Antiques -
Reference: Z6742

"Martyrdom of Saint Bartholomew". Painting on vellum. According to the model by Ribera y Cucó, José (Játiva, 1591 – Nápoles, 1652). The composition is organized around the diagonal drawn by the trunk of the tree to which the old man is tied. The soldier on the right is skinning him, while another figure on the left balances and harmonizes the painting. This is the way in which Bartholomew the Apostle was martyred: according to tradition, the king of Armenia Astiages ordered him to worship his idols, which he refused, ordering him to be flayed. Virtually all the elements of the work can be related to the Italian school, while the composition follows common models in the 17th century Baroque. The coloring shows the work far removed from the Caravaggesque tenebrism that was common at the time, and does not present contrasts in lighting, in addition to reminding works more in the line of classicist baroque or even earlier Mannerism. José de Ribera y Cucó was a Spanish-born painter and engraver who developed his entire career in Italy, where he was known as Giuseppe Ribera and by the nickname “Lo Spagnoletto”. His style evolved from the tenebrism of Caravaggio towards a much more luminous aesthetic influenced by figures such as Van Dyc, and he contributed greatly to creating the "Neapolitan school" (in which Giovanni Lanfranco, Luca Guiordano... stand out). He was born in Játiva, and it is possible that he apprenticed with Francisco Ribalta, and, still a teenager, he went to northern Italy (Cremona, Milan, Parma), to later go to Rome, where he came into contact with classicist works (Reni and Ludovico Carracci ); He ended up settling in Naples. His work is preserved in important private collections around the world, as well as in institutions such as the Prado Museum and the San Fernando Royal Academy of Fine Arts in Madrid, the Capodimonte Museum in Naples, the Louvre in Paris, etc. The work is reminiscent of an oil on canvas made by José de Ribera between 1617 and 1619 for Pedro Téllez Girón III, Duke of Osuna and viceroy of Naples in those years, preserved in the Museo de Arte Sacro de Osuna in Seville (Old Osuna Collegiate Church). ). It was part of a group of five paintings (San Sebastián, San Pedro Penitente, San Jerónimo, el Ángel del Juicio and El Calvario, the latter commissioned by the Duchess and completed in 1618) that are known in the Collegiate Church as early as April 1627. This set is considered one of the most important at the beginning of his activity. However, it is possible to relate it much more closely with another work that presents a similar composition: one of the four etchings that Ribera made between 1624 and 1628: that of the "Martirio de San Bartolomé" is signed, dated (1624) and dedicated to the Prince Manuel Filiberto of Savoy, nephew of Felipe III and viceroy of Sicily. In this engraving and in the work on vellum, a figure to the left faces the viewer, holding two rods in his hands; the saint looks up, with his arms tied above his head, bent, and his legs drawn up, while a man skins him, holding a knife to his mouth; on the vellum, however, the male figures on the right that are in the engraving do not appear; the sky is different too. As already noted, the main differences are color and lighting, which place the present work closer to classicist baroque currents.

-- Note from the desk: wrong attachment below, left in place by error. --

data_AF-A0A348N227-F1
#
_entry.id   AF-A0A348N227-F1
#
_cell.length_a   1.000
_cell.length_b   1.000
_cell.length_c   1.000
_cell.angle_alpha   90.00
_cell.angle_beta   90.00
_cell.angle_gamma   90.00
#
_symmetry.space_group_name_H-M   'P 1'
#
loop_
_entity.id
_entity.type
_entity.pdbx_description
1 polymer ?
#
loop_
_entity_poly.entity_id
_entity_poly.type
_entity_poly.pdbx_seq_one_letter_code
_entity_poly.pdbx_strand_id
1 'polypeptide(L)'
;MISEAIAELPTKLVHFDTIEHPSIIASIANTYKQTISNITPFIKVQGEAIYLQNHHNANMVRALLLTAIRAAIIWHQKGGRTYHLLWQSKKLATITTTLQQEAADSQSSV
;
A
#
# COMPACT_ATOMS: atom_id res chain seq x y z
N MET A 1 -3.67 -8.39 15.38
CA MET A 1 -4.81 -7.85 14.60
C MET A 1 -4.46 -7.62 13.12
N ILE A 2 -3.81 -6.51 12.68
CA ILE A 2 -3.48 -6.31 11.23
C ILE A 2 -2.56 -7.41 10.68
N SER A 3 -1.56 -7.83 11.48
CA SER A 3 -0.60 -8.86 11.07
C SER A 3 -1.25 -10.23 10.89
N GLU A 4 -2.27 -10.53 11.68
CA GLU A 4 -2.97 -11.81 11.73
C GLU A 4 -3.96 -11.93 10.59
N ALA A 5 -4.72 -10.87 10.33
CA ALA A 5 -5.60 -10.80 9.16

· Size: 10,5x15 cms. / 22x26,5 cms.

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